Paths To Freedom, A Comedy From The Infancy Of The Celtic Tiger

I was somewhat surprised to discover that nearly sixteen years have passed since RTÉ’s ground-breaking comedy-drama, “Paths To Freedom“, was first broadcast on television in Ireland. Written by Ian Fitzgibbon and Michael McElhatton (who also directed and starred, respectively) and shown in the winter of 2000 the series illustrated the increasingly desperate exploits of two newly released convicts from Mountjoy Prison, Raymond “Rats” Doyle and Jeremy Fitzgerald, through the eyes of a documentary film crew recording their supposed rehabilitation into society. While the former character was a petty thief from inner city Dublin, brought to life with tragic-comic authenticity by McElhatton, the latter was a disgraced gynaecologist from the middle-class suburb of Blackrock, played with impotent fury by Brendan Coyle. The stellar performances of the two leads, ably supported by the comedian Deirdre O’Kane (as the laconic Helen Fitzgerald) and Peter McDonald (as Rats’s befuddled best friend, Tomo), coupled with a vibrant script and recognisable locations made the six part programme a rare comedic success for the network. Unfortunately RTÉ ignored the critical praise, as usual, leaving a time-constrained 2003 cinematic release, “Spin the Bottle“, to meet some of the audience demand for more.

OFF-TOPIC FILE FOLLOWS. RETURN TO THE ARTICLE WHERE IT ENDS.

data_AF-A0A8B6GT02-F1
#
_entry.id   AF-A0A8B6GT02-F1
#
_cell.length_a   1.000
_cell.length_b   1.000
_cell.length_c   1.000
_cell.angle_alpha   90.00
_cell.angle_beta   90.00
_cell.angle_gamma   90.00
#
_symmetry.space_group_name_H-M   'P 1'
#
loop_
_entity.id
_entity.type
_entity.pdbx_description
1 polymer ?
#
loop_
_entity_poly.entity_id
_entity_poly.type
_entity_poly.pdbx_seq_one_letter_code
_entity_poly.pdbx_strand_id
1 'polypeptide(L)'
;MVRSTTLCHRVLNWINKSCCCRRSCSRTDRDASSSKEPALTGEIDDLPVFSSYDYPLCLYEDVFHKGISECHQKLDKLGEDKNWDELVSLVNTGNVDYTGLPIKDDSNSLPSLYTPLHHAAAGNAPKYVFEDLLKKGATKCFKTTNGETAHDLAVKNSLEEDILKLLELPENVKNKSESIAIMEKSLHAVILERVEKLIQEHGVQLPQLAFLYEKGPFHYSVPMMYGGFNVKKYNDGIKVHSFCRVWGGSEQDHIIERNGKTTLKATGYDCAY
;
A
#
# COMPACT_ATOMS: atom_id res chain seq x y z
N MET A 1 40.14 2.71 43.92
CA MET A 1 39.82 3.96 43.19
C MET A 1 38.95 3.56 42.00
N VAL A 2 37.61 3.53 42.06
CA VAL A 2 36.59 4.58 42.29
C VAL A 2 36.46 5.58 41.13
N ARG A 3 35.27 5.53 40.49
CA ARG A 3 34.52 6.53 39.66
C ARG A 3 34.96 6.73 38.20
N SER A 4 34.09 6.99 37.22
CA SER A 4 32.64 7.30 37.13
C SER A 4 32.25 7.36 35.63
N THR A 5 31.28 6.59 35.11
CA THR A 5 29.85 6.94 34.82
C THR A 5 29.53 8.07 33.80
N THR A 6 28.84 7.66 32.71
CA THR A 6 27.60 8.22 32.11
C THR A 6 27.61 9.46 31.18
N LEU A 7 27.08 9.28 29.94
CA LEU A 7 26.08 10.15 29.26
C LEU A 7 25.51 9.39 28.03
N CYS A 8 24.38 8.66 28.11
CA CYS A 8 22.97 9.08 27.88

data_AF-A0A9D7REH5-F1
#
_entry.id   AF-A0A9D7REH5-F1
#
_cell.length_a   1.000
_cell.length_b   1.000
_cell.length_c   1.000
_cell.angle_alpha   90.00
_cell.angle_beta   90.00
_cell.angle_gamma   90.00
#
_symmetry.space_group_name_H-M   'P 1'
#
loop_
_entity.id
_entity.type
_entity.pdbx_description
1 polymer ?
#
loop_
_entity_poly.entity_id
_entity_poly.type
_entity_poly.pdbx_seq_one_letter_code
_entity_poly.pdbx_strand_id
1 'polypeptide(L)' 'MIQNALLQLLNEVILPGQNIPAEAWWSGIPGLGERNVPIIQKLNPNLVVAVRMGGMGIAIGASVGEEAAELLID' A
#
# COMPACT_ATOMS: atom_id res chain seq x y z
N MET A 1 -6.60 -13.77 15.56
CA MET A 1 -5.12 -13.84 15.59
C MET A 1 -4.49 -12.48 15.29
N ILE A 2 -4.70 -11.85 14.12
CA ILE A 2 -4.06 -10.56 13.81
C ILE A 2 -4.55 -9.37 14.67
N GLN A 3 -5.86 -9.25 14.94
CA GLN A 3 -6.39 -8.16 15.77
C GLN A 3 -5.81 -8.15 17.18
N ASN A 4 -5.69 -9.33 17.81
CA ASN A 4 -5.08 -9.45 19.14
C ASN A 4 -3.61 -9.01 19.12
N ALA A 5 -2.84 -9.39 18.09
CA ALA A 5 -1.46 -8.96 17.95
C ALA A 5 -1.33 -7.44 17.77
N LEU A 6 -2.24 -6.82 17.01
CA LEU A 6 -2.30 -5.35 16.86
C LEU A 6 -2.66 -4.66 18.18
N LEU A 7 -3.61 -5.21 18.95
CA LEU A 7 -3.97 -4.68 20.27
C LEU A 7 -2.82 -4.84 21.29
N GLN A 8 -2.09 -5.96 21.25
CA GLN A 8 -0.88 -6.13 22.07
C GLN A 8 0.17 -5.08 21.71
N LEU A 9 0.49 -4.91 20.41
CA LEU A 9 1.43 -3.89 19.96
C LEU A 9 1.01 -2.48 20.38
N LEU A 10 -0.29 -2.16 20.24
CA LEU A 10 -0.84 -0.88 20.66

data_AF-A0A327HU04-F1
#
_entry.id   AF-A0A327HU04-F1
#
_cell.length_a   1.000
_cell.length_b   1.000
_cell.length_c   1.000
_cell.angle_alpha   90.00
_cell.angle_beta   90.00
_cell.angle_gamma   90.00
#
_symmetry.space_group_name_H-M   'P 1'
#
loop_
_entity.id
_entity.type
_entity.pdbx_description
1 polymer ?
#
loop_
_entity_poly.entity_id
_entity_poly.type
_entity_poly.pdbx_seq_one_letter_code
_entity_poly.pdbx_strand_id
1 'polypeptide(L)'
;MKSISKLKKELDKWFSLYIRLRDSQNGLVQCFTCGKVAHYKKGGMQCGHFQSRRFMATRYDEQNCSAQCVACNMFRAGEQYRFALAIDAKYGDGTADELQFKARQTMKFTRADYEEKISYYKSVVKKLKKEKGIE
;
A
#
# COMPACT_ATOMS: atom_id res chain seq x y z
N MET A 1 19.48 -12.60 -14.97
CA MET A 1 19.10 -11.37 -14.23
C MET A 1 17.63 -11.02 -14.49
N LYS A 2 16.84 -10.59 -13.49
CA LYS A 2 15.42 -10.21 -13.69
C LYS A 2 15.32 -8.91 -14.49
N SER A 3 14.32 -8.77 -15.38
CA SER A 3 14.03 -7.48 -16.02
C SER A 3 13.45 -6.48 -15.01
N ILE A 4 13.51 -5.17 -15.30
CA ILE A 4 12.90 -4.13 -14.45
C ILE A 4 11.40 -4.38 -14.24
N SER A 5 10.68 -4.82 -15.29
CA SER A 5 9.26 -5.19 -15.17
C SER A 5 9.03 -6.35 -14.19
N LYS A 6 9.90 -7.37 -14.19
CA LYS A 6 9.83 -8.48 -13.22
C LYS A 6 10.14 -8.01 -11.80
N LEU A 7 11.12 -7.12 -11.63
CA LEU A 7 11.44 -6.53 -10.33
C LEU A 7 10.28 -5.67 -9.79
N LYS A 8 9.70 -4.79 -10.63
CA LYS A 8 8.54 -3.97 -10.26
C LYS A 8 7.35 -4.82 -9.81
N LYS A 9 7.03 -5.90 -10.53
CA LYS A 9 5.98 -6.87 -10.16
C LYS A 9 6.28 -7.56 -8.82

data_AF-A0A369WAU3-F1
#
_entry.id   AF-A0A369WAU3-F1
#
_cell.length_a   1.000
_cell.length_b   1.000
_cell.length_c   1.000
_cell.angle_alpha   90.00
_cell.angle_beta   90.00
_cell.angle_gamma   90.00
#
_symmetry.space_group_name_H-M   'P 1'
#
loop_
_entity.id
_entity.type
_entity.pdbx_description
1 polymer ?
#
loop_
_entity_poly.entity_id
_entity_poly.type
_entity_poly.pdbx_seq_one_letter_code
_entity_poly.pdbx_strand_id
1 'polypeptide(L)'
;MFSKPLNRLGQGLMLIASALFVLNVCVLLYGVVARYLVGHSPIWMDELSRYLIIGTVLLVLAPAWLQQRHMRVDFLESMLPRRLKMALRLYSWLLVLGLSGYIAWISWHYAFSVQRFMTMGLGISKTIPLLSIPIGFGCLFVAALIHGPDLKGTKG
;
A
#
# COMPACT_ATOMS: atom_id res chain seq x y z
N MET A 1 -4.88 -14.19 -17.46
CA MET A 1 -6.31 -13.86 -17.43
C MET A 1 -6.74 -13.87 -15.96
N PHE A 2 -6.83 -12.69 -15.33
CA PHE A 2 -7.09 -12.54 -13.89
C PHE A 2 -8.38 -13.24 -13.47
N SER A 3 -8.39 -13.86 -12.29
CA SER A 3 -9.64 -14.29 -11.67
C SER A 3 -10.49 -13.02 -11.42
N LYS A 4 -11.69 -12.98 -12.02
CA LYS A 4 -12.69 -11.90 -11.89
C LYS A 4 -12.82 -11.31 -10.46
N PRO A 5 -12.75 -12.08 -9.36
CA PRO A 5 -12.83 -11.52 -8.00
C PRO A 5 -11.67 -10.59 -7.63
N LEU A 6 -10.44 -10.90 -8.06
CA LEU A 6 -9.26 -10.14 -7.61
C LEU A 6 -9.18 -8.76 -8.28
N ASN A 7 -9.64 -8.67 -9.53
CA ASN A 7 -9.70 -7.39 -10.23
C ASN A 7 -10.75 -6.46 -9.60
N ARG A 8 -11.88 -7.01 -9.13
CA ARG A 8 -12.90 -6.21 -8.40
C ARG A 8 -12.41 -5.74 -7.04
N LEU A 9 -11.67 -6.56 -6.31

However the original television show continues to provide us with an almost satirically perfect snapshot of Ireland in the nascent days of the Celtic Tiger economy of 1995-2008. For many people it still remains one of the best things RTÉ has done, especially when compared to its otherwise negligible comedy output. Today, of course, Michael McElhatton is rather better known for the role of Roose Bolton in the HBO series “Game of Thrones” while his co-star, Brendan Coyle, plays the character of Mr Bates, the valet, in ITV’s “Downton Abbey“. Both the television series and the movie are available on YouTube, though sadly a new home release of both seems unlikely.

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